Investigative journalist Jon Stephenson expects an inquiry will be announced, today or on Tuesday, into the raids involving SAS soldiers detailed in his book Hit and Run, he says.
Stephenson told RNZ's Sunday Morning programme he was fairly confident the inquiry would be announced because the government was under increasing pressure and there was no alternative.
He said he could not control the terms on any inquiry but believed it would be useful to focus on an Afghan man who was allegedly beaten by an SAS soldier then taken to an organisation in Kabul known to torture detainees.
He also said he had evidence there were other raids in which civilians were killed.
Prime Minister Bill English is expected to meet the Defence Minister Gerry Brownlee and the Chief of Defence Tim Keating some time today.
The book, which Stephenson co-authored with Nicky Hager, describes two raids on Afghan villages in which six civilians died and 15 were wounded. At the time, it was reported that nine Taliban fighters were killed.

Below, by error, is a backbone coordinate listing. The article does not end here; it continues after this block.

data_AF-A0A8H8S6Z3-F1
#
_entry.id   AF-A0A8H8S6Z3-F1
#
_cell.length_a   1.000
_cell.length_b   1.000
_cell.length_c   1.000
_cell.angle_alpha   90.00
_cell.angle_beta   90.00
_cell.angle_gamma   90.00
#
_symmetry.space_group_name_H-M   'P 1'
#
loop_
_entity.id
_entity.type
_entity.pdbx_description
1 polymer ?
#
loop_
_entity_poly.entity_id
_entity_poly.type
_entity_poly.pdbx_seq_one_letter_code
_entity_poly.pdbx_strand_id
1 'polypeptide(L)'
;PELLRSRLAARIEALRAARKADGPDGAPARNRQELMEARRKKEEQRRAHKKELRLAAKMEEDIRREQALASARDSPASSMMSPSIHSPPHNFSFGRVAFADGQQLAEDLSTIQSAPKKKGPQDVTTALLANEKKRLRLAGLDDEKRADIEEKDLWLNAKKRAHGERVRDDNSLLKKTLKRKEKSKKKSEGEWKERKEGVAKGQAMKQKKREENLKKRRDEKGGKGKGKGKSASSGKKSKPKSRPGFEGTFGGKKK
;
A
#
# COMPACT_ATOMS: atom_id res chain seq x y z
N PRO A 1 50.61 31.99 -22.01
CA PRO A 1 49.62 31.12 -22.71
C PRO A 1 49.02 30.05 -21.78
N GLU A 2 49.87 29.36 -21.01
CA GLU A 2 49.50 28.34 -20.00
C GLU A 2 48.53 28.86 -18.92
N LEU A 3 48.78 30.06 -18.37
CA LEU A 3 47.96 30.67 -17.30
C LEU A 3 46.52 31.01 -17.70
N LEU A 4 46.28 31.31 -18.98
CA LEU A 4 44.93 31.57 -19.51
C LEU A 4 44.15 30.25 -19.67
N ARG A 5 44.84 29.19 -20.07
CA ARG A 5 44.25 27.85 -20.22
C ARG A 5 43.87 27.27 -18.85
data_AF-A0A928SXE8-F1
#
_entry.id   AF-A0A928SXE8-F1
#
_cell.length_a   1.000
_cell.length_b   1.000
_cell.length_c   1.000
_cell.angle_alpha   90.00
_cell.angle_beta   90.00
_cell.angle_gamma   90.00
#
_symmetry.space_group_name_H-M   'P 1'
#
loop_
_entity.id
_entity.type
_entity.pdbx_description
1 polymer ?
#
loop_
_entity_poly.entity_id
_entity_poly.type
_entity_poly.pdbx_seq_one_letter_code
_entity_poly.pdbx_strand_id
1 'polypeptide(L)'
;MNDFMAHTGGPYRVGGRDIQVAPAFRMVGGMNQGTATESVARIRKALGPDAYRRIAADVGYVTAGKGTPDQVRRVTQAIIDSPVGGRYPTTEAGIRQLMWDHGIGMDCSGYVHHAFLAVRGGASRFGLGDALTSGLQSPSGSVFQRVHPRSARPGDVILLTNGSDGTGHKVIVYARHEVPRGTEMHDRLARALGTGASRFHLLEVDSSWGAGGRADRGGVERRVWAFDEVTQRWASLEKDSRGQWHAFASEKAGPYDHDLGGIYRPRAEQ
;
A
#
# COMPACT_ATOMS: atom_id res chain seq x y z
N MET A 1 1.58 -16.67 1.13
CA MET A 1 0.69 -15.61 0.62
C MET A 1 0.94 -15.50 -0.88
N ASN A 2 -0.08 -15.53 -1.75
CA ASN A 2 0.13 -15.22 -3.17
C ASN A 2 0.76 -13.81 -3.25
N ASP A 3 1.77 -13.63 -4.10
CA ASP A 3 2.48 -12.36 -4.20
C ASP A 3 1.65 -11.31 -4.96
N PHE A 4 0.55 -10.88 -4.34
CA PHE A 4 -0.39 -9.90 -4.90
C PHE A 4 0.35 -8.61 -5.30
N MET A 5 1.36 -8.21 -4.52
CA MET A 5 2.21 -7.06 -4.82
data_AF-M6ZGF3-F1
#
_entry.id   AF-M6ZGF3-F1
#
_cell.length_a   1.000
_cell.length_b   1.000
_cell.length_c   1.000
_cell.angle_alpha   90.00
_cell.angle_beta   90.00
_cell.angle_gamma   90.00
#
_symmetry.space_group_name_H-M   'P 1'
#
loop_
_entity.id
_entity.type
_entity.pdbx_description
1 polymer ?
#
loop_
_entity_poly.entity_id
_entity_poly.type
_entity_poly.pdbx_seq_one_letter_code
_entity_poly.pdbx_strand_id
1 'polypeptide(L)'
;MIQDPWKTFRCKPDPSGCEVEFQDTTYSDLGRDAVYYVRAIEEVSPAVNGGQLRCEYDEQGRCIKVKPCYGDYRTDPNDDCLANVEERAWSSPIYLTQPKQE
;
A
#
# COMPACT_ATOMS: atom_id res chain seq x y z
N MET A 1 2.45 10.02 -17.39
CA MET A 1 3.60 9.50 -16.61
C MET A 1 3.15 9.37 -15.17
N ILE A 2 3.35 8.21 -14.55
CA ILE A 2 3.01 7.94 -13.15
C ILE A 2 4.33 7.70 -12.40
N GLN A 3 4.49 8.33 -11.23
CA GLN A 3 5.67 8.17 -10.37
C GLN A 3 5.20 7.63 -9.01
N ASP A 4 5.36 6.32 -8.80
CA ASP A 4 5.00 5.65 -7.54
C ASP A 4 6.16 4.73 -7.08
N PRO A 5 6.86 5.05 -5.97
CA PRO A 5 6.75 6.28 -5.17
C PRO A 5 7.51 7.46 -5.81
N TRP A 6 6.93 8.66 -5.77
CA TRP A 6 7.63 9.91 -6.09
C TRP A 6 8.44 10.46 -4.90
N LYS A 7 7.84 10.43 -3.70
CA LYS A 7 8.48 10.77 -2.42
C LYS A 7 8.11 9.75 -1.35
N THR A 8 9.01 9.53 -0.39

It concludes that the NZSAS soldiers, alongside US and Afghan troops, burned and blew up about a dozen houses then did not help the wounded. It also claims the raids were in retaliation for the death of NZ soldier Lieutenant Tim O'Donnell.
Since the book's release Wayne Mapp, who was defence minister at the time of the raids, has said he accepted the reports of civilian casualties but that "people thought they were actually being attacked by insurgents" in the raids.
The book alleged US helicopters "rained down cannon fire and rockets, destroying the two houses, injuring two of the mothers and five of their children and killing a small sixth child as she was held in her mother's arms".
The New Zealand Defence Force (NZDF) has rejected the book's conclusions, saying it stood by an investigation carried out by Afghan and International Security Assistance Force (ISAF) officials.
Three New Zealand human rights lawyers acting for the Afghan villagers involved also called for an inquiry.
The Labour, Green, Māori and New Zealand First and United Future parties have called for an inquiry.
RSA president BJ Clark came out in support of an inquiry yesterday, saying he was confident in the capability of the defence force, and an inquiry would be valuable to clarify the facts about the raids.